Tsunami threat remains for Australia, Japan Hawaii after underwater volcanic eruption near Tonga
The eruption of the Hunga Tonga-Hunga Ha’apai volcano caused a tsunami to send water flooding into the nation’s capital of Nuku’alofa, while large waves and tidal surges rolled across the Pacific region including the east coast of Australia, Japan, and Hawaii.
After the massive eruption on 15th January, more volcanic upheavals are expected to follow off the coast of Tonga, according to a leading Australian geologist.
The US Geological Survey (USGS) has also said that whether there would be more volcanic blasts or tsunami warnings for the country’s West Coast after the massive January 15 eruption off the coast of Tonga remained to be seen.
Monash University’s Associate Professor of Geochemistry Oliver Nebel is of the opinion that the disaster was caused by the volcano sitting near the edge of one of the Earth’s tectonic plates. He said the January 15 disaster had been caused by the “displacement of water mass through injection of material from the deep Earth’s interior into the ocean and the possible sinking of the volcano due to lava evacuation from underneath.”
Wendy Stovall, a volcanologist with the USGS Volcano Hazards Program (VHP), said that the eruption was incredible and tsunami activity is actually harder to predict after an undersea volcano like this than say an earthquake. “There must have been a very large amount of magma that was exposed, somehow maybe from an underwater landslide or something, that then encountered the seawater and exploded really violently,” she said.
“There is evidence there that volcanism occurred through bodies of water that could send out big, nothing necessarily like what was experienced in Tonga, but could send out big pressure waves and similar stratospheric type of eruptions.”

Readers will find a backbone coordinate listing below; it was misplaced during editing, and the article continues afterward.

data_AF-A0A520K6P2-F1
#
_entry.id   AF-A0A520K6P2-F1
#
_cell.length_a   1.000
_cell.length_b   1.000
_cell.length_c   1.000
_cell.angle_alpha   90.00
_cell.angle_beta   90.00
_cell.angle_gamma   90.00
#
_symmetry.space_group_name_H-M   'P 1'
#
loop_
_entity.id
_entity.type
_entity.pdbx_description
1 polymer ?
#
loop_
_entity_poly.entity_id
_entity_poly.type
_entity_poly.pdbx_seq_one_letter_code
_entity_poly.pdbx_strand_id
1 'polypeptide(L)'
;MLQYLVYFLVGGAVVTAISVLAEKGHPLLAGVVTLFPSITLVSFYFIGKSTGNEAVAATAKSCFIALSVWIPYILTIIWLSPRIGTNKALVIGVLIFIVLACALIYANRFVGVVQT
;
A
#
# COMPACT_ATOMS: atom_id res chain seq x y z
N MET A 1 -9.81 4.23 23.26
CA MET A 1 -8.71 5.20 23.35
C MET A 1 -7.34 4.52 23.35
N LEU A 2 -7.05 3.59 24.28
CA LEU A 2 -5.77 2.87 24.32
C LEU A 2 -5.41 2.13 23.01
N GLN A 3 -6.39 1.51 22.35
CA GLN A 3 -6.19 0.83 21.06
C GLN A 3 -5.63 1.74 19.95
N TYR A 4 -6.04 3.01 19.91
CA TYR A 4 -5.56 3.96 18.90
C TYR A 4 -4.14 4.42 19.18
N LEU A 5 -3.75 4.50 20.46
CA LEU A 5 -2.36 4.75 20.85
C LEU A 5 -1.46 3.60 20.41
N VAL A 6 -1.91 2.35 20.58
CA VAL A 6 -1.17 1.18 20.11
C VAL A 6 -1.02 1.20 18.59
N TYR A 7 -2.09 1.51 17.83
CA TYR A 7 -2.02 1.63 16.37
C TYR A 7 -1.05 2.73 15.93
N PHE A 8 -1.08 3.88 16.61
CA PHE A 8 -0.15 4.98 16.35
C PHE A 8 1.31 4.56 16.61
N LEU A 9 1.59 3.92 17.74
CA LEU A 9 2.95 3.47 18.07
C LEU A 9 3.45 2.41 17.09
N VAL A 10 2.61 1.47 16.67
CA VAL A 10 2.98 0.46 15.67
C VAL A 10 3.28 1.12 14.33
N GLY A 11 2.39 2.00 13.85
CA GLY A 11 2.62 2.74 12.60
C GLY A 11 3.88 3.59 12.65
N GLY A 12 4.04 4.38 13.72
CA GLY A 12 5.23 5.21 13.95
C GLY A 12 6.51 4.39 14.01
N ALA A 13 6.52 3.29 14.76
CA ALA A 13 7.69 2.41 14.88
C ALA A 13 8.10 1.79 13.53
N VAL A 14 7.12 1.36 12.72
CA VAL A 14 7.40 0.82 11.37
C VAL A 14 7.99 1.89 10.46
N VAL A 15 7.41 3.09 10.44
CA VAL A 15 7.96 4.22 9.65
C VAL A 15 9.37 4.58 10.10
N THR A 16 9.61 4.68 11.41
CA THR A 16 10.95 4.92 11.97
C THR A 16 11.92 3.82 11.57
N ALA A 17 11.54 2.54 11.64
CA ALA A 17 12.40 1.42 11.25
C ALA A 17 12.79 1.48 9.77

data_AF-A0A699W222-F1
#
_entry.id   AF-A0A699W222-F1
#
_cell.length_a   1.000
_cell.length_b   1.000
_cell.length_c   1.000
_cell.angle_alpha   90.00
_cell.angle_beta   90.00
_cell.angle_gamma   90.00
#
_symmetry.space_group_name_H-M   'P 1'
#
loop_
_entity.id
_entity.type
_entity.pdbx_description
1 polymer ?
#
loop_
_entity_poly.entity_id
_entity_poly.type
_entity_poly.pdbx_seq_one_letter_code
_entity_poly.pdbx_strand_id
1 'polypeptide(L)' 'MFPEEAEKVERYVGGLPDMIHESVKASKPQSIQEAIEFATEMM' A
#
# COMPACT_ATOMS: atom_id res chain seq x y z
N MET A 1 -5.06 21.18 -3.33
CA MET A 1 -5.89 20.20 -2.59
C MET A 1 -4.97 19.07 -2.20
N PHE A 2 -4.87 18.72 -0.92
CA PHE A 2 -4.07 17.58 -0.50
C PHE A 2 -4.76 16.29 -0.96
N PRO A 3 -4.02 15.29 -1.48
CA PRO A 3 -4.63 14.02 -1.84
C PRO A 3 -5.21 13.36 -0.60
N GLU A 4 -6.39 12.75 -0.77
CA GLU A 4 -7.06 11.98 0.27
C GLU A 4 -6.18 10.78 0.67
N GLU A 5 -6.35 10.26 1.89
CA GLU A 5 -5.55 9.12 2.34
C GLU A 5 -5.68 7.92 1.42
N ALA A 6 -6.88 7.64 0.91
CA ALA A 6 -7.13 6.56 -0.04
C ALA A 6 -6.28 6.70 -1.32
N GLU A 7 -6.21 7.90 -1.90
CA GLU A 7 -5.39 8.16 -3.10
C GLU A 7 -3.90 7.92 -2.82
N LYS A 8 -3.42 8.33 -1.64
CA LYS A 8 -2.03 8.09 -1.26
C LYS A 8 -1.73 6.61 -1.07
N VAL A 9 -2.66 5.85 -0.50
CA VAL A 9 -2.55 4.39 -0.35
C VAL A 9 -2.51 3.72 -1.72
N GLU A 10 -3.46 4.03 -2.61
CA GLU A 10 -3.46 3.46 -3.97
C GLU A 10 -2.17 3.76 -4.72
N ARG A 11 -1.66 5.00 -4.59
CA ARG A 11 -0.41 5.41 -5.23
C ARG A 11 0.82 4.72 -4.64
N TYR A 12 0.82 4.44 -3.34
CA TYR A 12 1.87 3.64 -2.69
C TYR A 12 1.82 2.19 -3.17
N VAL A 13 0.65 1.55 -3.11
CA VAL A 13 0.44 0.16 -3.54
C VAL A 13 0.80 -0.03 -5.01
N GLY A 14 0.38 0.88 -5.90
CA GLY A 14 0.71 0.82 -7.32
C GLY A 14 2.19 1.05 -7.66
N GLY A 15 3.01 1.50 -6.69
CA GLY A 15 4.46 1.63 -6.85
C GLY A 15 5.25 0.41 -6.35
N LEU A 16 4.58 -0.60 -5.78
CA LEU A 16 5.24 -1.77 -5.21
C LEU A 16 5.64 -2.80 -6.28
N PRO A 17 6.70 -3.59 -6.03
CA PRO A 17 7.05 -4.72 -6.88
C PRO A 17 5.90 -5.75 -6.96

Stovall said that strong eruptions can sometimes cool the entire earth for a period of years while noting that so far her colleagues studying data from Tonga have not calculated any numbers to suggest that that is the case here.
Nebel said, “The last eruption of this volcano was about 1,000 years ago, so it was due for a large eruption, and this is likely what happened now. Hot magma was constantly accumulating within volcanoes, and it is expected that they will create lots of ash and can have “a fair bit of a violent eruption“.
Volcanoes build up those underground reservoirs and every now and then this reservoir is emptied, and this causes an eruption Nebel added, “Once the magma is evacuated from underneath the volcano, it’s likely that eruptions will go on and on. But once you have a violent eruption it’s unlikely the next ones will be as disruptive because there’s a good chance that a huge amount of the magma has already erupted.”
“At the moment, we actually do not have a lot of data. Most of the stations on the volcano would have been destroyed during the day. We have satellite data, but any sort of other measurement needs to be taken on-site, which at the moment is not easy, basically impossible to travel there. Without data, it’s really difficult to assess what sort of explosivity index can be assigned to the volcano or how much mess was in place,” He said.
Restoring Tonga’s undersea communications cable that was severed during the eruption is a tough task. The repairs could take more time, which means the inhabitants of the island country are essentially cut off from communication with the outside world.
The volcanic activity off the Tongan coast had been detected over the Christmas period which was a sign that pressure was building up along the vulnerable plate edges.
[With Inputs from IANS]
PGurus is now on Telegram. Click here to join our channel and stay updated with all the latest news and views
For all the latest updates, download PGurus App.